Two hundred years later, when London had grown a great deal more, swallowing Islington and Knightsbridge, and creating Camden Town, all the land as far as Watford was said to be ‘down to hay.’ Yet there is a limit to how far a horse-drawn cart can travel in a day to bring fodder back to the metropolis. In early nineteenth century London, developers filled in all the space between the villages and old urban suburbs, such as Shoreditch, were crammed with ever more people.

The true explosion in London’s size could not happen until horsepower was superseded. When railways began arriving in the eighteen-forties, deliveries of hay or anything else from much further afield became possible. In 1863, the Metropolitan Underground Railway opened as the first in the world, offering the possibility of ‘living in the country and working in town.’ For centuries, most employees had walked back and forth between work and home each day. Many of them adopted the new way of life encouraged by cheap workmen’s fares. Within a generation, the country where the new houses were being built turned into suburbia – ‘Metroland’ – and then inexorably into an outlying part of the ever-expanding capital. EM Forster’s ‘red rust’ became manifest.

Yet the fodder-for-horses problem remained until vehicles could be powered by another fuel and until electricity replaced steam power to run the Underground, permitting deeper tunnels and more destinations. Both these transformative developments happened within a few years of each other.

Much of our present Underground was built between 1900 and 1910. Meanwhile street traffic, which was almost entirely horse-drawn at the turn of the century, became dominated by horseless-carriages within a decade. The last horse bus in London ran on the eve of the First World War and the last horse-tram eight months later. During the War, those who still had traditional status as ‘carriage people’ sold off their horses and bought motorcars. Livery stables shut all over the capital as garages opened.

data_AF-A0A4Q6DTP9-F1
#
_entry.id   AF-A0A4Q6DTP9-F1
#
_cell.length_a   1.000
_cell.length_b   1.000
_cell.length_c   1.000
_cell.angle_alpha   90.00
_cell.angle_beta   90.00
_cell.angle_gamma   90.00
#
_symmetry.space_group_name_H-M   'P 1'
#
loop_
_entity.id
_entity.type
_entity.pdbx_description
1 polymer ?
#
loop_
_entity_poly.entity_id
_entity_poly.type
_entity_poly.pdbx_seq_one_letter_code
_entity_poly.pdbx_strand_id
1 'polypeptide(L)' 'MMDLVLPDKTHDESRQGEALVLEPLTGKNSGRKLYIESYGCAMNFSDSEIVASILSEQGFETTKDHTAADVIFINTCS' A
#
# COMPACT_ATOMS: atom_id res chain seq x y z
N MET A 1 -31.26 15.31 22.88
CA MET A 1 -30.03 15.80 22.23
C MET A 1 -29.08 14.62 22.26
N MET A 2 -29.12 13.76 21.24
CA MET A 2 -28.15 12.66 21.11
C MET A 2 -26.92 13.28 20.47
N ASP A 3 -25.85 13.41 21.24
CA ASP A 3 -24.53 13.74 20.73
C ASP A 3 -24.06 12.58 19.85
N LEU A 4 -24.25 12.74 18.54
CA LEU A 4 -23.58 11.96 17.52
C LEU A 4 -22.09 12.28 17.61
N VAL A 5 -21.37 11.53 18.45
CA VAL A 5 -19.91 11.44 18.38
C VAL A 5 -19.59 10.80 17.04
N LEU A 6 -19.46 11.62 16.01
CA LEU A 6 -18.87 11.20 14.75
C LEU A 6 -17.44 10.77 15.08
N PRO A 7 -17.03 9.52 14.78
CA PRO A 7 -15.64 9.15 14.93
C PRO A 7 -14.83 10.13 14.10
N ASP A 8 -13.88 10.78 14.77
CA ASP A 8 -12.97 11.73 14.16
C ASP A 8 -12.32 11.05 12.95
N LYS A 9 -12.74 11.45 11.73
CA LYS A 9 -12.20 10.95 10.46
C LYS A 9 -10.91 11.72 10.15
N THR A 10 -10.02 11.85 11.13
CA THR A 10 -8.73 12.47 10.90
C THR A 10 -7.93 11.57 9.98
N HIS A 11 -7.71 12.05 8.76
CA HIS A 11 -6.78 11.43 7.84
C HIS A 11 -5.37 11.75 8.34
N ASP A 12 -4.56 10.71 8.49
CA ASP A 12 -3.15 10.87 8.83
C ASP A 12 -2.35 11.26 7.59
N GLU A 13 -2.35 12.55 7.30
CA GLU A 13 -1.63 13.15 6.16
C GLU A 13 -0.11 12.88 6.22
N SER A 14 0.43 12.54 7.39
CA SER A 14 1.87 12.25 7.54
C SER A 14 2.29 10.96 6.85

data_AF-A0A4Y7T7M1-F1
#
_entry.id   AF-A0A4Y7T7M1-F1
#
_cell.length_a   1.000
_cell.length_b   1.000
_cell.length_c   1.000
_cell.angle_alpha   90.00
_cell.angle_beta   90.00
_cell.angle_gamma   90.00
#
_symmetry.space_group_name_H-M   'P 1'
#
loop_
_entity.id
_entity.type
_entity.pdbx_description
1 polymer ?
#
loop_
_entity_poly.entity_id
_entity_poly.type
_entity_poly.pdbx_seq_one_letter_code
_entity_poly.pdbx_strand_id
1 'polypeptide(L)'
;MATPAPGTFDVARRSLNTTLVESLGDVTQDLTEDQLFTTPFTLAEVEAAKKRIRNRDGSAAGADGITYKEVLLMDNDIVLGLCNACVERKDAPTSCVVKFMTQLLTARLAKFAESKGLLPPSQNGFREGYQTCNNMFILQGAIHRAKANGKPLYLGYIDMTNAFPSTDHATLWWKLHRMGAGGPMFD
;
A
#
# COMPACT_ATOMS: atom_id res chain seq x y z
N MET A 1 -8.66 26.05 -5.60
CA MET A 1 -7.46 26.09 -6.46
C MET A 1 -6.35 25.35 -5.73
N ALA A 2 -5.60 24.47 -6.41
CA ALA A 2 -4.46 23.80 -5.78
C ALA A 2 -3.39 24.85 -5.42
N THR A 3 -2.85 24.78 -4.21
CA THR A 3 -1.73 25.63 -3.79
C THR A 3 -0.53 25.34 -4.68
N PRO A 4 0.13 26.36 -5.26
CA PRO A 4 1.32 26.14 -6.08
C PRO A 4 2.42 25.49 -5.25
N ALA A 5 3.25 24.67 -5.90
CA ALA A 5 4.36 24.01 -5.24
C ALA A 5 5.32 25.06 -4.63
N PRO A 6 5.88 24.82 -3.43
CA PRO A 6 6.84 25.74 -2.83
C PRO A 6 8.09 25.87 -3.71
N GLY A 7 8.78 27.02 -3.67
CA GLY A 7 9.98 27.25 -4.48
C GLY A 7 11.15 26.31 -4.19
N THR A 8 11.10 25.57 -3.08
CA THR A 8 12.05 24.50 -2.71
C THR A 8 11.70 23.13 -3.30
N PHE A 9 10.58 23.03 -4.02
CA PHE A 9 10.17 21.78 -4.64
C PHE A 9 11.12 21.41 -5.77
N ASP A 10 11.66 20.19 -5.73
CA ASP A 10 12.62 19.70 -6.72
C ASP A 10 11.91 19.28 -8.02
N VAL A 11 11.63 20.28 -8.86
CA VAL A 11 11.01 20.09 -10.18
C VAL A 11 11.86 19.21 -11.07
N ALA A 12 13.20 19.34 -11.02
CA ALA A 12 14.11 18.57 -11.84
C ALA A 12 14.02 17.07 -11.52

By the end of the century, most Londoners were dependent on their motor cars and ancient road-systems were crudely transformed to accommodate this twentieth century monster. Yet now the assumptions that made King Car dominant for the last hundred years are unravelling. The question of how London must adapt once again is huge. The only certainty is change.


John Stow, the first historian of London, grieved over the redevelopment of the city in his lifetime

Photograph © Estate of Colin O’Brien

You may like to read these other stories by Gillian Tindall 

The Bones of Old London

Memories of Ship Tavern Passage

At Captain Cook’s House in Mile End

In Stepney, 1963

Stepney’s Lost Mansions

Where The White Chapel Once Stood

The Old South Bank

Leonard Fenton, Actor

In Old Deptford

Lifesaving in Limehouse

From Bedlam To Liverpool St

Smithfield’s Bloody Past

The Tunnel Through Time

One Response leave one →
  1. paul loften permalink
    September 22, 2021

    Thank you Gillian for this clear minded synopsis of the changes that have taken place in London over the centuries. As a Londoner I have seen a few changes during my lifetime. I am now a resident in Redbridge which was once just another of the green fields surrounding but is now an extension of East London . Where I now live we are part of the ever changing cycle that affects all Londoners. Speaking of cycles our local council recently introduced road closures that blocked cars from entering back streets and forcing them onto main roads in order to encourage use of bicycles and improve the environment. I understand there have been similar changes in most other boroughs in London, where the road closures have created uproar with particularly with drivers unable to get to their destination. The uproar was such that it forced the council to withdraw the road blocks. I must admit at first I was one of those that agreed with the protesters but after finding out it was the local Conservative opposition councillors that were behind most of the internet agitation It gave me cause for thought.
    Surely we need to face up to the fact that these events are a sign of the beginning of the end of private car ownership. Our roads are clogged with super-sized vehicles with one person at the wheel. The environment is slowly being poisoned regardless of the fact that the car is electric or not. There has to be another solution as to how we get about and do our shopping. The changing faces of London over time is evidence to this .
    For those people who are shouting and screaming about the roads being blocked and their loss of access to easy routes, there is a light what shines at the end of the tunnel. Have they actually thought about what will become of the drives at the front of their house that they own, that will just become a useless empty space when there no longer are any private cars about in London? They will no doubt be built upon and it will greatly increase the value of their property in an improved and more attractive environment for all Londoners